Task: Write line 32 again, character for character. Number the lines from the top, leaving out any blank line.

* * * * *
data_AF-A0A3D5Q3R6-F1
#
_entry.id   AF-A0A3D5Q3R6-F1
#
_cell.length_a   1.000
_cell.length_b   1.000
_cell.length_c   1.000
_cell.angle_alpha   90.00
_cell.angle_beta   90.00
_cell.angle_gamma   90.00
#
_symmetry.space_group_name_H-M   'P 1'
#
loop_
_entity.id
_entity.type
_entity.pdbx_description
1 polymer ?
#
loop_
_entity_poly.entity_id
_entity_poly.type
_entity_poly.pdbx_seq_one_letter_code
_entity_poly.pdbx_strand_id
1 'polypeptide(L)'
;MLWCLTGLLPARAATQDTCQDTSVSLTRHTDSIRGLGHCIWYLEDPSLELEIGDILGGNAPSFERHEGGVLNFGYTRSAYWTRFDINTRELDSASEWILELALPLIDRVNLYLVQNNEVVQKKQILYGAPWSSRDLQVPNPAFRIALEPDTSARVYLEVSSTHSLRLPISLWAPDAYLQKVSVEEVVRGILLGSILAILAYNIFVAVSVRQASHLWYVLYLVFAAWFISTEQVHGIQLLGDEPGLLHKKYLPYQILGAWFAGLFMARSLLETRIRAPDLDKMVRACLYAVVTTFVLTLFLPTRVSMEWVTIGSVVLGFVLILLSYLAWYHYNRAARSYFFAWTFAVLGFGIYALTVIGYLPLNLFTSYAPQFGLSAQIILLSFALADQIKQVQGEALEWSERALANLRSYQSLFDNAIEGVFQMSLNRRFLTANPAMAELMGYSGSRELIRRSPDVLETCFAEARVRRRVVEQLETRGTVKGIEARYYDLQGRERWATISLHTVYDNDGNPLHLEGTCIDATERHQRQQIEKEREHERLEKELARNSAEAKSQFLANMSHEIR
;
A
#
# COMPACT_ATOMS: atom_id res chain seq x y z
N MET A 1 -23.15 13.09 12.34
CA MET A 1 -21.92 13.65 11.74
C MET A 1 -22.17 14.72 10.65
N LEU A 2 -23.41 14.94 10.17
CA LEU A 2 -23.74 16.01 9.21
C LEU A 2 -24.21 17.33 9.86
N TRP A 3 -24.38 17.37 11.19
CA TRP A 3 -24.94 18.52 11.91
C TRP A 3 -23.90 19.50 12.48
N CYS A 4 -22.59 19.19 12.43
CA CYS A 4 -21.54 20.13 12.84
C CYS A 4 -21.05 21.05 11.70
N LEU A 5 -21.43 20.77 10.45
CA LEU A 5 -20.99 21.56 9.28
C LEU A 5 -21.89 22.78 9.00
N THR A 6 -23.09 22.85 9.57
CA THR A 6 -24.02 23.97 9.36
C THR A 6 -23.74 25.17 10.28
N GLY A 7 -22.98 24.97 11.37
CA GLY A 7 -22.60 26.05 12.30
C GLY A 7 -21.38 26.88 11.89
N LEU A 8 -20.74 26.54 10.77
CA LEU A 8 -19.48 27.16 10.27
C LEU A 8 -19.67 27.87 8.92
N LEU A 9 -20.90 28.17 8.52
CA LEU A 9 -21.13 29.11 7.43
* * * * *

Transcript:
CA MET A 1 -21.92 13.65 11.74